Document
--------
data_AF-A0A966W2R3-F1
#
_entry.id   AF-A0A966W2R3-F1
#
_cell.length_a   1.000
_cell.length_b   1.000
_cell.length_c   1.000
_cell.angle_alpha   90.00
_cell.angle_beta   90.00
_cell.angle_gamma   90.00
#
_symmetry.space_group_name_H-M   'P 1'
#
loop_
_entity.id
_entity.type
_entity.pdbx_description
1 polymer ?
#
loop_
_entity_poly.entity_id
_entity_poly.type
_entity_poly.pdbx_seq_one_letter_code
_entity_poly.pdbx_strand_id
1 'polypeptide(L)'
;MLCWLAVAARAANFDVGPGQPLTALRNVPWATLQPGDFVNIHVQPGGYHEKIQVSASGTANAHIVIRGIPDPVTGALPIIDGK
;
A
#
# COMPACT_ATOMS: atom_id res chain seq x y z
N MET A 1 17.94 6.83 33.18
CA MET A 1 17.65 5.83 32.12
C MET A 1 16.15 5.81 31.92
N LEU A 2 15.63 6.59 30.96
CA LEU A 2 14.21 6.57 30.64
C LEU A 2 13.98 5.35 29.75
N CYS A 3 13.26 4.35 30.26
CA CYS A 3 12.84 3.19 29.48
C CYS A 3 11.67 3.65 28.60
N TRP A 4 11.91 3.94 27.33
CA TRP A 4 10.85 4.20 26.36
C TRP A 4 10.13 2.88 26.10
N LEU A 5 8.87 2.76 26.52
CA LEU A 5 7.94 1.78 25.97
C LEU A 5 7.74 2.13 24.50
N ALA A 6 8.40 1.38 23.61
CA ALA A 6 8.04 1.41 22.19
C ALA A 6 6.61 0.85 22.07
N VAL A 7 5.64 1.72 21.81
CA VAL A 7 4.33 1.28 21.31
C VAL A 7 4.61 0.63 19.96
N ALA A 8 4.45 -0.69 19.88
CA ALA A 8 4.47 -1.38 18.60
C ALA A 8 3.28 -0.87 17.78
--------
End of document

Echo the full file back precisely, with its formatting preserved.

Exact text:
data_AF-A0A966W2R3-F1
#
_entry.id   AF-A0A966W2R3-F1
#
_cell.length_a   1.000
_cell.length_b   1.000
_cell.length_c   1.000
_cell.angle_alpha   90.00
_cell.angle_beta   90.00
_cell.angle_gamma   90.00
#
_symmetry.space_group_name_H-M   'P 1'
#
loop_
_entity.id
_entity.type
_entity.pdbx_description
1 polymer ?
#
loop_
_entity_poly.entity_id
_entity_poly.type
_entity_poly.pdbx_seq_one_letter_code
_entity_poly.pdbx_strand_id
1 'polypeptide(L)'
;MLCWLAVAARAANFDVGPGQPLTALRNVPWATLQPGDFVNIHVQPGGYHEKIQVSASGTANAHIVIRGIPDPVTGALPIIDGK
;
A
#
# COMPACT_ATOMS: atom_id res chain seq x y z
N MET A 1 17.94 6.83 33.18
CA MET A 1 17.65 5.83 32.12
C MET A 1 16.15 5.81 31.92
N LEU A 2 15.63 6.59 30.96
CA LEU A 2 14.21 6.57 30.64
C LEU A 2 13.98 5.35 29.75
N CYS A 3 13.26 4.35 30.26
CA CYS A 3 12.84 3.19 29.48
C CYS A 3 11.67 3.65 28.60
N TRP A 4 11.91 3.94 27.33
CA TRP A 4 10.85 4.20 26.36
C TRP A 4 10.13 2.88 26.10
N LEU A 5 8.87 2.76 26.52
CA LEU A 5 7.94 1.78 25.97
C LEU A 5 7.74 2.13 24.50
N ALA A 6 8.40 1.38 23.61
CA ALA A 6 8.04 1.41 22.19
C ALA A 6 6.61 0.85 22.07
N VAL A 7 5.64 1.72 21.81
CA VAL A 7 4.33 1.28 21.31
C VAL A 7 4.61 0.63 19.96
N ALA A 8 4.45 -0.69 19.88
CA ALA A 8 4.47 -1.38 18.60
C ALA A 8 3.28 -0.87 17.78